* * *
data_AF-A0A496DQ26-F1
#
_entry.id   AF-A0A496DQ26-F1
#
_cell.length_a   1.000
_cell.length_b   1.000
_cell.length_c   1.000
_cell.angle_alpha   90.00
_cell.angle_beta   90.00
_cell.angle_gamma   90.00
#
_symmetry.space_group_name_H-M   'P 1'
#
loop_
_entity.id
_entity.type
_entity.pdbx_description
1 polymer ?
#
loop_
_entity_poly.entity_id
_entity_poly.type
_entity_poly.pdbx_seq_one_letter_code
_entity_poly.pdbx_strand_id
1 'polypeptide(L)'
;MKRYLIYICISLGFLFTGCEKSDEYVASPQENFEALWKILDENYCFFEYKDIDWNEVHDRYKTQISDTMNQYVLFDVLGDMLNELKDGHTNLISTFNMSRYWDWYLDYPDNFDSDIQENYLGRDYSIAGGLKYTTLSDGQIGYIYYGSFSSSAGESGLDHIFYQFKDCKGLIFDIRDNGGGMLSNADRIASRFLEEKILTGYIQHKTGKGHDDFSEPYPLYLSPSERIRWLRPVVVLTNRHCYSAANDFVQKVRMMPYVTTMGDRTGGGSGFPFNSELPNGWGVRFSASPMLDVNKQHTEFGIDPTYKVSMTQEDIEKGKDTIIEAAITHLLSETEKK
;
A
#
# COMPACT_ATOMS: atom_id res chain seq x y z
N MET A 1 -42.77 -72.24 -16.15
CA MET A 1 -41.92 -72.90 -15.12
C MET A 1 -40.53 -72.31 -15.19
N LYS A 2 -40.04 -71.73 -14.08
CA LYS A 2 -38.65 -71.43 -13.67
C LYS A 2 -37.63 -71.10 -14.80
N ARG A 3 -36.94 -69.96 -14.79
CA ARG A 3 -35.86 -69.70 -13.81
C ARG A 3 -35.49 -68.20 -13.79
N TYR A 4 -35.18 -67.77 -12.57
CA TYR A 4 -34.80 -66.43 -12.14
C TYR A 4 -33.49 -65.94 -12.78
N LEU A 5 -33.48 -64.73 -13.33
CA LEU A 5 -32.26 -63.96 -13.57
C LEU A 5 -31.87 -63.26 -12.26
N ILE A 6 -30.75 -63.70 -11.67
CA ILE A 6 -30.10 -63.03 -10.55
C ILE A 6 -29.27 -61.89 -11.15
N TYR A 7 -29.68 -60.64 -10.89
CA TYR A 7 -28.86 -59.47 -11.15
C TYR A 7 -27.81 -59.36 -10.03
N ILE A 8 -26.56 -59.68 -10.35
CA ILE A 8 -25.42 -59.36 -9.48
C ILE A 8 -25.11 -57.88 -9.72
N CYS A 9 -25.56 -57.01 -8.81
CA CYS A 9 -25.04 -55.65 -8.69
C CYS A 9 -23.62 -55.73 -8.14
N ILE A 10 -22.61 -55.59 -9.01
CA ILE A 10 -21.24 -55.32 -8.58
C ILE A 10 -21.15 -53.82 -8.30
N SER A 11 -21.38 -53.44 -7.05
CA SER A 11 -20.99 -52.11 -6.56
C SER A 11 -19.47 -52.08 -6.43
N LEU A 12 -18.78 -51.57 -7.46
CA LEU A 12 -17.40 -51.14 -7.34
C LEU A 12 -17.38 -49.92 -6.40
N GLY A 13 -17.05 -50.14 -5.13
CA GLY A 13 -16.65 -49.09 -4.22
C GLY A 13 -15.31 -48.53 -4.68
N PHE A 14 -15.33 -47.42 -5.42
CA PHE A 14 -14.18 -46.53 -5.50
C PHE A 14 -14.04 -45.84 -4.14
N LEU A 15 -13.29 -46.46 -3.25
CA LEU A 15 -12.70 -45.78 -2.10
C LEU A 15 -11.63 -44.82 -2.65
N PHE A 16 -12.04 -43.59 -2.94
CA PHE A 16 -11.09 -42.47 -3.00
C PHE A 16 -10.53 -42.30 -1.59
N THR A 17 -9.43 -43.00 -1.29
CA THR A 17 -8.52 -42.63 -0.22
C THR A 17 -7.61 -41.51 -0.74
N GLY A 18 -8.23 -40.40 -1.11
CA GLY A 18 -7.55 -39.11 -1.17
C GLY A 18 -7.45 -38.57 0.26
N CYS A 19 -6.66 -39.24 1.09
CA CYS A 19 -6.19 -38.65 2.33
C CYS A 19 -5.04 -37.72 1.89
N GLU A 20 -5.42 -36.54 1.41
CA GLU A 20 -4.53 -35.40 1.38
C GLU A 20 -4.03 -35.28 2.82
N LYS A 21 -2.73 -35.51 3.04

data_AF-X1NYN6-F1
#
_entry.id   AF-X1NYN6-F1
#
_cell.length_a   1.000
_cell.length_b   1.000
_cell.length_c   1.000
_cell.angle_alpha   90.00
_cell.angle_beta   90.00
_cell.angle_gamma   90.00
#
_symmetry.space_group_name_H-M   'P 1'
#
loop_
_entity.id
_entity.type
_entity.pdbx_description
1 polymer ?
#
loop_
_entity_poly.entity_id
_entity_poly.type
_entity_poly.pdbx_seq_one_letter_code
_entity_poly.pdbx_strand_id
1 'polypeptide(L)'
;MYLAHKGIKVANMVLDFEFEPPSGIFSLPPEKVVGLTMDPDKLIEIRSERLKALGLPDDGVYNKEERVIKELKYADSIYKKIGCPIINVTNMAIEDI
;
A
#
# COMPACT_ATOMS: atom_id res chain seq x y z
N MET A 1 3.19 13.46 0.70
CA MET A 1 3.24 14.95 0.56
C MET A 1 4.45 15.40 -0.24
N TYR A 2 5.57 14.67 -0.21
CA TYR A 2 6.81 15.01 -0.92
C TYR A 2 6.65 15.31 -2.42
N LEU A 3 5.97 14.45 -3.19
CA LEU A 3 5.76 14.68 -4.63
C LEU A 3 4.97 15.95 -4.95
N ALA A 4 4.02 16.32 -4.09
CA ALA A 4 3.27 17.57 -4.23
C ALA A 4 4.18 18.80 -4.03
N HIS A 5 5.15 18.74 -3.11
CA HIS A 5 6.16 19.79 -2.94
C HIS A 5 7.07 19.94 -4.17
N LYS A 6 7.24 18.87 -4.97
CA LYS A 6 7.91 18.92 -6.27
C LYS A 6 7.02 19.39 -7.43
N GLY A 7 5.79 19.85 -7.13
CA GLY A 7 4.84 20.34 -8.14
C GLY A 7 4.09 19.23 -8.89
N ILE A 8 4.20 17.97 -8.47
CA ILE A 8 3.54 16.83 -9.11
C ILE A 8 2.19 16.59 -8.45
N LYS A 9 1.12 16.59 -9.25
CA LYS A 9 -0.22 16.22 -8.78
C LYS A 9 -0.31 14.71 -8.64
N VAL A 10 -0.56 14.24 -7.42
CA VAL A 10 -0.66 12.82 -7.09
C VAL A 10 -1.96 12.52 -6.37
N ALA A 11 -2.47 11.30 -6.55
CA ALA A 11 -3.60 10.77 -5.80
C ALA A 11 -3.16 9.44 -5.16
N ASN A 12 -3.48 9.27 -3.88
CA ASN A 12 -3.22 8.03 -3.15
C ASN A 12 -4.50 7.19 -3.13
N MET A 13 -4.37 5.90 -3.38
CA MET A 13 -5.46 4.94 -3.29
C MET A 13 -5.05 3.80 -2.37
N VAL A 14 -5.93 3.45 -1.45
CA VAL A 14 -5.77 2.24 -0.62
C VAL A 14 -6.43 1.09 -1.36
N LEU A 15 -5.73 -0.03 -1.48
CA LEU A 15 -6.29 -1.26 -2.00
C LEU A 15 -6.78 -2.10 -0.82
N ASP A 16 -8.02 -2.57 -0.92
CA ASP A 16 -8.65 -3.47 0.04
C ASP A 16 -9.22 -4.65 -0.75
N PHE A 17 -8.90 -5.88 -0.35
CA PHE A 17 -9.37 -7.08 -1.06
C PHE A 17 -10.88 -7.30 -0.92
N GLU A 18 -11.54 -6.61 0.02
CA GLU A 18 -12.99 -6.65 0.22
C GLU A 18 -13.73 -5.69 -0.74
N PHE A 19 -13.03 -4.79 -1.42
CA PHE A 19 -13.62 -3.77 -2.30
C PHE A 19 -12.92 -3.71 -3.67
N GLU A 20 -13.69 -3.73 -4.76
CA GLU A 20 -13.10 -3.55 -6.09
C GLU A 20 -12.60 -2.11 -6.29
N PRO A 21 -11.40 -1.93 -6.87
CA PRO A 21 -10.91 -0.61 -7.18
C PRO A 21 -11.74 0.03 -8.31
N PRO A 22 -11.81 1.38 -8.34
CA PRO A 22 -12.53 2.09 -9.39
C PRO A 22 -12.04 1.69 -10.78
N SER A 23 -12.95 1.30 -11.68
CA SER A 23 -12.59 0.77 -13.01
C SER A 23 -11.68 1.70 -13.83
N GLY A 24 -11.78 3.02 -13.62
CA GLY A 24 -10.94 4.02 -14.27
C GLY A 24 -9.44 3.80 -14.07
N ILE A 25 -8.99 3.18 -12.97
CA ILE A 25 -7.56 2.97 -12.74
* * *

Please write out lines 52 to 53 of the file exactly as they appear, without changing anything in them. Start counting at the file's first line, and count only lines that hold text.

N ILE A 8 -26.56 -59.68 -10.35
CA ILE A 8 -25.42 -59.36 -9.48